Step 2 - Preparation
Prepare the room
Clearing out furniture and other items
Placing drop cloths
Filling nail holes and other imperfections
Masking and taping
Time required - 2 hours for an average size bedroom
Vacuum cleaner with brush attachment
Stool and tool box combo (optional)
Hammer to pull nails
Multipurpose painter's tool
Drop cloths (9' x 12', 12' x 15', 4' x 12')
Masking and painter tape
Paint brush for priming
Mini-roller for priming (optional)
Spray-on texture (for large holes)
Paintable silicone caulk
Oil-base primer (if needed)
1. Clearing the Room
Clearing the room is an important first step. Ideally we can remove EVERYTHING and store it elsewhere while we paint. We will make every effort to do this, even if have to stack the furniture in the living room or hallway, because it will pay dividends in time saved.
Next, we clean the room. Clear all cobwebs from the corners and vacuum out the closet, especially the shelves where dust gathers. Give the trim a quick vacuum with the brush attachment to clear old dust. Take the pictures off the walls.
Remove the switch plates from the light switches and outlets. Put the plates and screws in a safe place if we are going to re-use them. We recommend getting nice new ones because the old ones will look dingy against the fresh paint.
Take down the curtains and curtain rods. It’s best to remove the curtain-rod holders from the wall, but if leave them in place we will need to cover them with tape later.
Once the room is cleared and all the stuff is off the walls, we completely cover the floor with drop cloths.
2. Filling nail holes and other imperfections
Once we have drop cloths on the ground, it’s time to fill all nail holes with lightweight spackle. If there are holes bigger than a half-inch wide to fix, we use patching tape and joint compound. Cover the hole with tape and give it a few coats of joint compound.
After the spackle has dried, it’s time to sand the trim. We use a medium or fine grit sanding sponge. If any large holes in the walls we sand them smooth. Once we are done sanding, vacuum all the trim with the brush attachment so it’s ready for caulking.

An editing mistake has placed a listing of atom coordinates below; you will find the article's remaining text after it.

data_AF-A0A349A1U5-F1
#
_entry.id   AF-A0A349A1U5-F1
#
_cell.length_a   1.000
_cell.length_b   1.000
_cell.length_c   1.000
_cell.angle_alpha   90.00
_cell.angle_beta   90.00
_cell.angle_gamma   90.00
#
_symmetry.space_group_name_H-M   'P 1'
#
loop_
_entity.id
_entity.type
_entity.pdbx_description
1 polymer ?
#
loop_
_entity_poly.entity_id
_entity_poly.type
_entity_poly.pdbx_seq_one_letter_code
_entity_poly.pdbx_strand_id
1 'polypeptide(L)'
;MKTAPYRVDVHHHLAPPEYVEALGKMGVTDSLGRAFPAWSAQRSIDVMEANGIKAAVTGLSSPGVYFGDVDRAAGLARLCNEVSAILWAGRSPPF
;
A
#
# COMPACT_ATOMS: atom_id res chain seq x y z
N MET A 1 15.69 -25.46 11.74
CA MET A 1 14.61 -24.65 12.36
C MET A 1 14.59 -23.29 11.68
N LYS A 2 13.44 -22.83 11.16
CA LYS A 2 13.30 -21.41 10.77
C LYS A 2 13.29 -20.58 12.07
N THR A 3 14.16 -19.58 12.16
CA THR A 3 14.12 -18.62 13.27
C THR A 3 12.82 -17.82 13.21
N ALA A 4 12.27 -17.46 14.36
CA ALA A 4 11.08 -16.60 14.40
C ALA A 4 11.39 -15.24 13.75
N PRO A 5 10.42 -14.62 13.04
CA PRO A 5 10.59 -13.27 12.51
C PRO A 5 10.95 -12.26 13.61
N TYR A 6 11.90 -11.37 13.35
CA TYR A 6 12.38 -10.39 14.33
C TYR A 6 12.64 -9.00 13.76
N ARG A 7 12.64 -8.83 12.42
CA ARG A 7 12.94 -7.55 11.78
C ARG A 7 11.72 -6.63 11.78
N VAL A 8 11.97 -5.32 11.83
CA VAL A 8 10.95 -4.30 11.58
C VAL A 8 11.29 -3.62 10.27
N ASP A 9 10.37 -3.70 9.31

Check all the joints in the window and door casings, baseboards and crown molding. Use a dripless caulk gun and paintable caulk to neatly fill these joints, then wipe away any excess.
If there is a hairline crack in the drywall, rub a small amount of caulk into the crack. Using caulk is a better option than spackling because caulk will remain flexible and won’t re-crack as quickly.
We make sure not to leave any caulk out on the wall because it will shine through the finish coat.
5. Masking (Taping)
Masking is the process of applying a combination of tape and masking paper to areas of the room that need to be protected. We strongly recommend to use a hand masker and blade, especially if we are going to be doing more painting than just one room. Put an “awning” of masking paper and tape across the top of each window to shield it from getting speckled. Other items on the walls, like thermostats, fuse boxes, etc. will need to be masked off with tape and paper. We put a piece of 1.5 inch tape over the outlets and light switches to protect them.
Now that we got the room fully masked and all drop cloths in place, it’s time to do necessary priming. Good latex interior primer will work fine for any holes we spackled on the walls. Mildew and water stains will bleed through even the best paint, so it may be necessary to use a stain-blocking primer. Now we are done prepping the room, and frankly, that’s usually the hardest part of this whole process, everything else is more enjoyable because we see solid results.
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